Unfortunately, this often leaves many user experience questions unattended to by web designers. For example, how does the product add value, and save time whilst providing a truly user-centric experience?
It is more vital now than ever for UX designers to maintain well-defined goals and guidelines whilst navigating UX projects. Fortunately, a UX strategy can help with this. So, let’s find out what it is, why it matters, and how to actually create one.
What is UX strategy?
A UX strategy is a comprehensive plan of actions that guides the execution of a user design project over time. It primarily seeks to foster a shared understanding of the direction of UX activities whilst designing and implementing user experience solutions. This is all done with the goal of reaching an enhanced user experience over a period of time.
A UX strategy can cover a single product, service, or even feature to ensure that user-centred insights are integrated into an organisation’s business strategy.
This consequently enables UX practitioners to articulate clearly how executing the desired UX-related design activities will make the business more successful.
What does a UX strategist do?
A UX strategist is someone who curates the UX plan, leveraging their understanding of UI design, wireframing, journey mapping, and user research. So, UX strategists fundamentally exploit their practical UX skills, such as triangulating multiple UX inputs and sources of information, to design a high-level plan to improve user experience.
What is a UX roadmap?
A UX roadmap is a high-level artifact that acts as a single source of truth to help UX designers, developers, and stakeholders to align around a single vision and priorities. Roadmap is used by the UX team to communicate future work (to their stakeholders as well as within their own team). UX roadmap should help to answer this question: What should we solve for?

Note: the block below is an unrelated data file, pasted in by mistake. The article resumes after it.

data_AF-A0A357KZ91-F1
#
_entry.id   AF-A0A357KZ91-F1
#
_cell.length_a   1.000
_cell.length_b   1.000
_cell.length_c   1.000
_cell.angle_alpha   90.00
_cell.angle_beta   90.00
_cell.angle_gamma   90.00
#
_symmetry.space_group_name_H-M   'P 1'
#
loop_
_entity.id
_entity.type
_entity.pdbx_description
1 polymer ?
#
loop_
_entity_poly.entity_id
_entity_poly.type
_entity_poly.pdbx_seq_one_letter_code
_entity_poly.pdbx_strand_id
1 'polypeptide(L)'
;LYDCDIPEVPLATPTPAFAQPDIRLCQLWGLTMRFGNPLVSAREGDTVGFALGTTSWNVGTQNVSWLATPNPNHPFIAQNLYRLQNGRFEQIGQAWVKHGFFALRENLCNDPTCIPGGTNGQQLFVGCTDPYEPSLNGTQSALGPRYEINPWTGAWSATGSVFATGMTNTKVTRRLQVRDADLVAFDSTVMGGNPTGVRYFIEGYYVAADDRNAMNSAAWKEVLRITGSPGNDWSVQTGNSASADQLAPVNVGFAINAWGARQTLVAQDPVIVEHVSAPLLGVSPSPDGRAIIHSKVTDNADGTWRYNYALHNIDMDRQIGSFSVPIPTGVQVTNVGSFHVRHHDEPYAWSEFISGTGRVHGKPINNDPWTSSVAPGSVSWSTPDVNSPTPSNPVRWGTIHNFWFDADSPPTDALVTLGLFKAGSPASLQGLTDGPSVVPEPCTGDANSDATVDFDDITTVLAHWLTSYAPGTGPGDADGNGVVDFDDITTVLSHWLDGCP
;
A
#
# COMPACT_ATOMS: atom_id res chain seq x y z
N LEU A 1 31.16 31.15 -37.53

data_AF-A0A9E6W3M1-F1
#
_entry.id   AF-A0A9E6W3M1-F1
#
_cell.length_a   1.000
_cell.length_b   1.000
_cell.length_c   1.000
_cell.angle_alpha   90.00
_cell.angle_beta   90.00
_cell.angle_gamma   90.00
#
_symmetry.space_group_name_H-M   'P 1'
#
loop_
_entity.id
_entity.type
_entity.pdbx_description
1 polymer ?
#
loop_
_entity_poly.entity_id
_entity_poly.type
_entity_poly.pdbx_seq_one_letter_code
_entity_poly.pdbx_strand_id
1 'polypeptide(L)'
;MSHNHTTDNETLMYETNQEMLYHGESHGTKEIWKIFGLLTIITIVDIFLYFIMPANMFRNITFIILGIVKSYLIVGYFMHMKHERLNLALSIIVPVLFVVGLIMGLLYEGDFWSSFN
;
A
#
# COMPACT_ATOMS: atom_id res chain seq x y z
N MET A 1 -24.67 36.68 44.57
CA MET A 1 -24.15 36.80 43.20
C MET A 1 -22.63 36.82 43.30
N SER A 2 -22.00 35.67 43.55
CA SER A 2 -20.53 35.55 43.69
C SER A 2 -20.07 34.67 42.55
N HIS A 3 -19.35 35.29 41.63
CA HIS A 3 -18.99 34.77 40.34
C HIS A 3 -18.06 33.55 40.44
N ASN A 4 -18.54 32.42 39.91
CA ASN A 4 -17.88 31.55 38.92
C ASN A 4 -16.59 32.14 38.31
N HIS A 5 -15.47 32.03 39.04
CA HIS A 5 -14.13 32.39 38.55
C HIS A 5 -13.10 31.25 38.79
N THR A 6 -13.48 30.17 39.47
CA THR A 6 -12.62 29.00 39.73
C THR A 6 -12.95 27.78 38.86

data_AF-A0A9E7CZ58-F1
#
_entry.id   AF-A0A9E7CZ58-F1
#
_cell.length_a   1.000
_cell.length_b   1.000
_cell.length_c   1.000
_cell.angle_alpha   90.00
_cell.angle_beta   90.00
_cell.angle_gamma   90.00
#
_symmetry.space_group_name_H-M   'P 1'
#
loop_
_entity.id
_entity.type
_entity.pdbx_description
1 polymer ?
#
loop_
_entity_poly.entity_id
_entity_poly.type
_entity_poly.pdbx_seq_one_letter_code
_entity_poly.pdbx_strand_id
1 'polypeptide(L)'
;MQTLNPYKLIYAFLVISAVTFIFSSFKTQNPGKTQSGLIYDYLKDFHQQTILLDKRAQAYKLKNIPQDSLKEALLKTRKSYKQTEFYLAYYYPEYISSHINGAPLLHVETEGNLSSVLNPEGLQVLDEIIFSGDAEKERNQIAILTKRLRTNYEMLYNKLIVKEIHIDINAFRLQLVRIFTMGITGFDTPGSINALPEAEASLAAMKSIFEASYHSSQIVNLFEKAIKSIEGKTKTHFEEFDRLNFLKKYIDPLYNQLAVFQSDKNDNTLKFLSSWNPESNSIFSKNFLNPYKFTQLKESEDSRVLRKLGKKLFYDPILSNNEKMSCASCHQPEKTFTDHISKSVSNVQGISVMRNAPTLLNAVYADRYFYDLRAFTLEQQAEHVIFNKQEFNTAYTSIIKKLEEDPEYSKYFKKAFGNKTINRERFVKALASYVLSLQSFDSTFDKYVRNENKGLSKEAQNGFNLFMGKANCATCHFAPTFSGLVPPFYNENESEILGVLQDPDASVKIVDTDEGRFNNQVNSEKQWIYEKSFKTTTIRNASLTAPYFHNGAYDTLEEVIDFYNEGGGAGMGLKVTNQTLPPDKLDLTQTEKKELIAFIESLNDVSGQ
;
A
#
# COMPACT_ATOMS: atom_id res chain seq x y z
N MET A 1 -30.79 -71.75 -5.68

UX roadmaps can be in the form of spreadsheets, slide decks, visualisations, sticky notes, or a mix of media. These forms generally share the same central structure — they are organised by context (scope and time) and theme.
Components of UX strategy
Essentially, three core components make up a UX strategy to reflect the needs, constraints, and concerns of both users and the organisation.
Without clear goals, it’s impossible to report any meaningful UX progress and results along the way or to identify opportunities that impact your current business model. Furthermore, your user-experience goals and metrics will end up seeming irrelevant and disconnected from the business priorities.
For the most part, goals are usually set by leadership. However, the goals should tie directly back to end-user needs.
2. Vision or statement of intent
A UX strategy requires a user-centred vision or a mission statement with guiding principles regarding key-value propositions and differentiation statements. This information summarises the product or service’s strategic value and positioning.
A plan in a UX strategy is required to accomplish each UX goal. Such a plan is usually broken down into multiple objectives that describe the actions to take to reach the desired UX goal over time.
These objectives could focus on solving a problem in the user experience, exploring new ideas, or performing additional user research.
Nonetheless, completing these objectives should enable a team to demonstrate incremental progress toward the UX vision. Additionally, the UX plan can also include information regarding activities, timing approximations, uncertainties, prerequisites, and potential dependencies.
UX strategy framework